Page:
Wednesday, 14 November 2012

Review of the Clairefontaine Age Bag notebook

Apologies for the long delay in posting any new items. I was in Malawi for a while and I returned from there very unwell. Mostly better now (and thankfully I didn’t have malaria!).

Anyway, I know I owe a zillion other reviews of pens and ink and other things, but I’m going to review my new Clairefontaine Age Bag notebook from Bureau Direct for no better reason than I already want to write in it, and once I have written in it, I won’t want to take pictures for the blog of what I have been writing!

I wanted an A4 notebook because I’m wanting to rework the outline of a novel I’m writing. The writing filofax has been doing pretty well, but I have found that sometimes, I want the space to write and draw out huge mind-maps that A5 sheets in a filofax doesn’t help with. The first book I wrote, I planned out in an A4 Moleskine and loved that space etc. Admittedly, the writing filofax has been good for filing things and moving them around, but I really am missing that space.

I’d considered another A4 Moleskine, but frankly, they just cost too much! I wanted an A4 notebook with fountain pen friendly paper. Coming in at under £6, this notebook seemed ideal.

On to the walk-through.

Cover:
The cover is thick card with an embossed in pattern to make it look like leather. I bought the green, but there are several colours available. On the front, in the bottom right-hand corner, is the Clairefontaine logo, embossed into the card fairly discreetly.

Front cover

Embossed logo

On the back cover is a self-adhesive label describing the paper, both in terms of its texture and its origins. My book has now had the label removed! It peeled off easily without leaving a scummy mark.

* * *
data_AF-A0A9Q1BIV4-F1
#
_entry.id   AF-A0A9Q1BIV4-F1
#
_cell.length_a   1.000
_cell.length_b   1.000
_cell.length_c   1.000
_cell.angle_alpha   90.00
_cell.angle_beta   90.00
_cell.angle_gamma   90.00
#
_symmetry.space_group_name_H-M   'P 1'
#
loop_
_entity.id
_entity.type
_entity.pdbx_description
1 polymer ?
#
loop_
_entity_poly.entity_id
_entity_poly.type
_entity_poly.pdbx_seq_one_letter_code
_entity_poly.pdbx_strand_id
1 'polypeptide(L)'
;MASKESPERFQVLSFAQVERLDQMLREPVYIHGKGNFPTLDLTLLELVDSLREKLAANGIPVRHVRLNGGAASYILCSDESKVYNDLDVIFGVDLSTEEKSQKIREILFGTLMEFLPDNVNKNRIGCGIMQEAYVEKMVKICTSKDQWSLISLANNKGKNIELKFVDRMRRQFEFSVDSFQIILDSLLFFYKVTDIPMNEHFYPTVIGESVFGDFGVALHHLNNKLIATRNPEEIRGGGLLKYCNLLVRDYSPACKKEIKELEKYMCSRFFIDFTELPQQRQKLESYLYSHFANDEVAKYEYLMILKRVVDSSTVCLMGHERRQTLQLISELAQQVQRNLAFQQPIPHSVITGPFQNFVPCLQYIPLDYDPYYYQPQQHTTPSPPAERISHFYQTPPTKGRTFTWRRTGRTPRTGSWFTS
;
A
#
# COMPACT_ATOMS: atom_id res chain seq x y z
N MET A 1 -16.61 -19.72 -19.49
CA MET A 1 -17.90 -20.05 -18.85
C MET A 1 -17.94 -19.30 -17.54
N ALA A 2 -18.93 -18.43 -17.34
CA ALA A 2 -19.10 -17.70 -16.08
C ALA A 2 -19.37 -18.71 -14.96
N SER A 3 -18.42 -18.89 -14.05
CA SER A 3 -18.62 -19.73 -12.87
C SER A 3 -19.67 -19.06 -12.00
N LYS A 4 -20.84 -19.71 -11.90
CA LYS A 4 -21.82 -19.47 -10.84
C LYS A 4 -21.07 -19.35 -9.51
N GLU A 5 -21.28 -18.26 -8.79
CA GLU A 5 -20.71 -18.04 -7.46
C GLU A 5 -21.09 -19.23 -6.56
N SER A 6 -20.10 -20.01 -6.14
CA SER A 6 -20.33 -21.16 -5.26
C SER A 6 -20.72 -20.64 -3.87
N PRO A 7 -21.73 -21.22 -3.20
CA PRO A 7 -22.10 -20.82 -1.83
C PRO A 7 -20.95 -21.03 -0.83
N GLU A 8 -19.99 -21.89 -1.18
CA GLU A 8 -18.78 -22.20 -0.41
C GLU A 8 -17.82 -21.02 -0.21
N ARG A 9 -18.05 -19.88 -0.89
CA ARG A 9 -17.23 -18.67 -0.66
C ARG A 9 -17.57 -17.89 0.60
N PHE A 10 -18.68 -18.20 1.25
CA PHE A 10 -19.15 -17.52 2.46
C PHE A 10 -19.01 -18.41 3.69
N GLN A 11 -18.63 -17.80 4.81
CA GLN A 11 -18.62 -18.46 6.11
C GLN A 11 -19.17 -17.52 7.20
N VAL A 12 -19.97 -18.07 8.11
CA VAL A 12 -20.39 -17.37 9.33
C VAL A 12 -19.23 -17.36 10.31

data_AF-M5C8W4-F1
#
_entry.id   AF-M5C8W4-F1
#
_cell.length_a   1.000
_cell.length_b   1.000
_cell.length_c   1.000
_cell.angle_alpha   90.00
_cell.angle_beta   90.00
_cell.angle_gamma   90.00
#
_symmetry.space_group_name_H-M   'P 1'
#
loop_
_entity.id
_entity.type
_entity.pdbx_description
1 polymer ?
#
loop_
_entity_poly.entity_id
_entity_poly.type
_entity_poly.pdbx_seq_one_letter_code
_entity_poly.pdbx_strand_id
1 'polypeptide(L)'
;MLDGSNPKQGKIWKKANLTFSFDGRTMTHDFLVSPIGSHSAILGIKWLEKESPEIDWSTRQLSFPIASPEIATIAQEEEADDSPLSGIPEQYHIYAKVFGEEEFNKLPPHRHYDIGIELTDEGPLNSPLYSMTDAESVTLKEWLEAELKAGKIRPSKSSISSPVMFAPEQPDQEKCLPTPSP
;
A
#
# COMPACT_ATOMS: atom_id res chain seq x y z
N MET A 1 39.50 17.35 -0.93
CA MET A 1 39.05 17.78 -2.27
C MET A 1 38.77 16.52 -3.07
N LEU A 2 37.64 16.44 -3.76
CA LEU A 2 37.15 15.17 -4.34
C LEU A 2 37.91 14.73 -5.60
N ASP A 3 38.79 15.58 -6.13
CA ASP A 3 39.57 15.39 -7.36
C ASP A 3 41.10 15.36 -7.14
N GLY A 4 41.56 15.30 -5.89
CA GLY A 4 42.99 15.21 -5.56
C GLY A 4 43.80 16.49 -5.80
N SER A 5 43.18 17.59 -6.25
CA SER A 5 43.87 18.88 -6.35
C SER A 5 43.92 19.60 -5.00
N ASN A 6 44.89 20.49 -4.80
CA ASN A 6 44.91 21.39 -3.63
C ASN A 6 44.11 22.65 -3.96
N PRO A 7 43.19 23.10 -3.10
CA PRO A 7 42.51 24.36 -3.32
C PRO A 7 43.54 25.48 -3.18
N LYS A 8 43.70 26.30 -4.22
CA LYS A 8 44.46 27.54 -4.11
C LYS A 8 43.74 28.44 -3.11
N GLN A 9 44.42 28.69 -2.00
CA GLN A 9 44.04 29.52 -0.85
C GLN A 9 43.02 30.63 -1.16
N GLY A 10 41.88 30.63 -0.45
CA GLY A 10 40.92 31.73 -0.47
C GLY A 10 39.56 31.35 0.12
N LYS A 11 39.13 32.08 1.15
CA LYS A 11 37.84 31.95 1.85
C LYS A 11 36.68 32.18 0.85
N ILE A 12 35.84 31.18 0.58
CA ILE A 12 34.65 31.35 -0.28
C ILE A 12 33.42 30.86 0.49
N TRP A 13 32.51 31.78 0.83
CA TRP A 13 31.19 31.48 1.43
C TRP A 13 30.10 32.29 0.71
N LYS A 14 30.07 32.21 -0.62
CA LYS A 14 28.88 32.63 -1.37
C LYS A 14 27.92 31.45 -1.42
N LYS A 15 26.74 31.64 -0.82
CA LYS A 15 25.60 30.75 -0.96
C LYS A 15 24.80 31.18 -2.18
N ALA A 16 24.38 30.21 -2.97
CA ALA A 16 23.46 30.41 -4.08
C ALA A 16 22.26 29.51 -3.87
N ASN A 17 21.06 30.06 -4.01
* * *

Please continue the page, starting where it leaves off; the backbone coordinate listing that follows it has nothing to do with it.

Back cover

Close-up of the label

Binding:
The book binding is cloth-bound, rather than sewn and so it doesn’t quite have the flattability that a sewn binding would have, but, for £6 I can’t moan!

The only problem with it being cloth-bound is that the first lined page is starting to detach but as that first page is also stuck to the first page in the book – a white page – it’s not a problem for me. I will be using the first page as an index page.

First page becoming detached

Paper and Line-spacing:
The paper is white, with a gloriously smooth texture. Line-spacing is at 8mm, in feint, with no margins. There are 33 lines per page. The corners of the pages are rounded.

 
Closures:
There is no elastic around the book to close it – neither a vertical band like the Moleskine (which I hate anyway) nor a horizontal one like the Ciak (which you can put a pen in). Nor is there any ribbon marker to mark the page. Frankly, neither of these factors bother me. As I say, I don’t like vertical bands as you can’t keep a pen in them. I also recently bought a Papelote elastic pen holder (shown below) which will hold up to five pens or pencils and also hold the book closed and I will be using that on the book. [I will review the Papelote properly soon!]

Papelote elastic binder (currently empty)
As for the lack of a ribbon marker – if I was really needing to mark the page I would stick a Post-It note in! It isn’t a deal-breaker for me, for what this book will be used for.

Fountain Pen Friendliness:
Now, you may have to take my word a little for this as I don’t want to photograph much of what I’ve written in it! I have used the wettest, most challenging fountain pen to write “Index” on the front page. There is no feathering and a little (acceptable to me at least) bleed-through. That was with the Parker italic nib and Waterman violet tendresse ink – by far the most challenging combination for paper in my fountain pen collection!

No feathering
Acceptable level (to me at least!) of bleed-through

 My more modest (less challenging) combo is a Parker Vector with J Herbin Eclat de Saphir ink. I have written over most of the first page with this and there is no feathering and almost no bleed-through. Here are some close-ups of a few words!


No feathering - J Herbin Eclat de Saphir ink, Parker Vecor nib

Reverse side - acceptable bleed-through
 
Overall:
This is a good value, entry-level, fountain pen friendly A4 notebook. It doesn’t have the bells and whistles of a Moleskine, but it is a fraction of the price. If you want a reasonably priced, attractive-looking notebook that is fountain pen friendly, then this will suit your needs. If you want something with ribbon-markers and sewn-bindings and a bigger ‘name’ look elsewhere.

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